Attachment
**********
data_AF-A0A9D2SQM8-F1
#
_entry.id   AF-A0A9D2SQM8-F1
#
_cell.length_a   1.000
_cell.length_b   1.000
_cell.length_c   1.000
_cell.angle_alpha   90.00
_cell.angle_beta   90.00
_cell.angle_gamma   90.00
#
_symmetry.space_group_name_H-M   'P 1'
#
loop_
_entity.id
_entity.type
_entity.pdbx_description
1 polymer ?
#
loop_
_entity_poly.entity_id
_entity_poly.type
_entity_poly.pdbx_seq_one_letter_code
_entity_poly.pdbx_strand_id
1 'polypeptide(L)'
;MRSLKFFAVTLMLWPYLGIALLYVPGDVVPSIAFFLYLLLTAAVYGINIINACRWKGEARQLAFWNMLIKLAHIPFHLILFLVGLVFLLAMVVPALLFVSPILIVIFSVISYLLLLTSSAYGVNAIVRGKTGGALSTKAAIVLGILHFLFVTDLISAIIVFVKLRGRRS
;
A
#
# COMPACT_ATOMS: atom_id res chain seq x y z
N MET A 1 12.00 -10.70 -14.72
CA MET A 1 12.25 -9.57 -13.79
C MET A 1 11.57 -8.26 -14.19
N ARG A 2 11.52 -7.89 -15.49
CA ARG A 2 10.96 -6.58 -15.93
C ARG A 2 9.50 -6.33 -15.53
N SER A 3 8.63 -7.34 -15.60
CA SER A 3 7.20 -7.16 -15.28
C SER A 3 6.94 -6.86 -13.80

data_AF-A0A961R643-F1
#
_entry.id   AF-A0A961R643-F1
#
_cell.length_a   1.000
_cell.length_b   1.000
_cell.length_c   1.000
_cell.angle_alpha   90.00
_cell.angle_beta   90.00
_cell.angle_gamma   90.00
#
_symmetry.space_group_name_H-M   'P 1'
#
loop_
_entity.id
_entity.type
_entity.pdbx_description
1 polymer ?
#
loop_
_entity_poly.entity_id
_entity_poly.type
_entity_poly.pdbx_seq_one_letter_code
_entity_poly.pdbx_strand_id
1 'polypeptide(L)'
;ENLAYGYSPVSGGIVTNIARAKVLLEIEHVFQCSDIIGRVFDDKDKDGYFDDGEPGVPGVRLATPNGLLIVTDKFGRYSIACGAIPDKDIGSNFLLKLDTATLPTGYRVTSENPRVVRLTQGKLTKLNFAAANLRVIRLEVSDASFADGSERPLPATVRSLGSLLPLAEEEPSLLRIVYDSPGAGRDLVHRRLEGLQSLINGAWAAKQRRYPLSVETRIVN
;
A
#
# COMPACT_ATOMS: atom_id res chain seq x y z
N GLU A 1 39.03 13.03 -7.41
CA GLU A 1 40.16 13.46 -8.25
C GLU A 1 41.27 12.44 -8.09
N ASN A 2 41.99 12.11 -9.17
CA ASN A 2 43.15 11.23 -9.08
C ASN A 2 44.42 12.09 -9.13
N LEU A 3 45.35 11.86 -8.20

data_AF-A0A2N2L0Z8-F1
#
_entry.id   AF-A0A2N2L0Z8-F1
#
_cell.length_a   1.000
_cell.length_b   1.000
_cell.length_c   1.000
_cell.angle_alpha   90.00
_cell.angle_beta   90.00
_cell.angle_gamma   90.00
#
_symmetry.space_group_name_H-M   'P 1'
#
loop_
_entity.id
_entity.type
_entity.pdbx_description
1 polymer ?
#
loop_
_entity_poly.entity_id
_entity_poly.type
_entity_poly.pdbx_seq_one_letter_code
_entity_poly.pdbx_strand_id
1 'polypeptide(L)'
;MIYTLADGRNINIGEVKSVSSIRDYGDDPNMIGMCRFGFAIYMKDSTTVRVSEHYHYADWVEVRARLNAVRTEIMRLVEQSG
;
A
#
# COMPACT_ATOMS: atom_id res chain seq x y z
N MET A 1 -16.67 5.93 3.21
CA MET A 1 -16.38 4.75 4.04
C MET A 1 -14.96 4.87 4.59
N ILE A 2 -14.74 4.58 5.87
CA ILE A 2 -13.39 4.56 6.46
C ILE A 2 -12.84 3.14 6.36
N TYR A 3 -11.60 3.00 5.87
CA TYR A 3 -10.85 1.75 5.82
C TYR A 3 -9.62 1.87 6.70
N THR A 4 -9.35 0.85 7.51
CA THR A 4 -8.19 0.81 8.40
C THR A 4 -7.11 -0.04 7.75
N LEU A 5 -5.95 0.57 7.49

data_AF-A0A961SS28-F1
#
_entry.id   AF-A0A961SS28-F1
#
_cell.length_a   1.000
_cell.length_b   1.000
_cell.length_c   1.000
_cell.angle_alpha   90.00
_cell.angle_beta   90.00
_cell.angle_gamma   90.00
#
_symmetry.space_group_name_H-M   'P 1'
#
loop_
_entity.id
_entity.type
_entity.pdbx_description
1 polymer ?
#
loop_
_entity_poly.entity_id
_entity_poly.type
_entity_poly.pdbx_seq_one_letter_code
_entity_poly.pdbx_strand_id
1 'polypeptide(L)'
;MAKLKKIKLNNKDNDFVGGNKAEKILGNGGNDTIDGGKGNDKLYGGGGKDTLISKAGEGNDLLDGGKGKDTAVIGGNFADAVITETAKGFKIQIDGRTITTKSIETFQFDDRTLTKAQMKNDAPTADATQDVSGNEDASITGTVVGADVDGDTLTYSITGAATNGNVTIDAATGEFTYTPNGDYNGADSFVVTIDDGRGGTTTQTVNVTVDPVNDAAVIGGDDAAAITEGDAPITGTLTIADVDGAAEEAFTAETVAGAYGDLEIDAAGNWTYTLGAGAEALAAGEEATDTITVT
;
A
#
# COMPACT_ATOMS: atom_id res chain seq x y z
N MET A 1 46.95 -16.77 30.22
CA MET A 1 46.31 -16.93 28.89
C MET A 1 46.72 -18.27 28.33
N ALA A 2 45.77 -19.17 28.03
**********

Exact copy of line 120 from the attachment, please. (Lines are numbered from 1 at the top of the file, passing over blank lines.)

data_AF-A0A961SS28-F1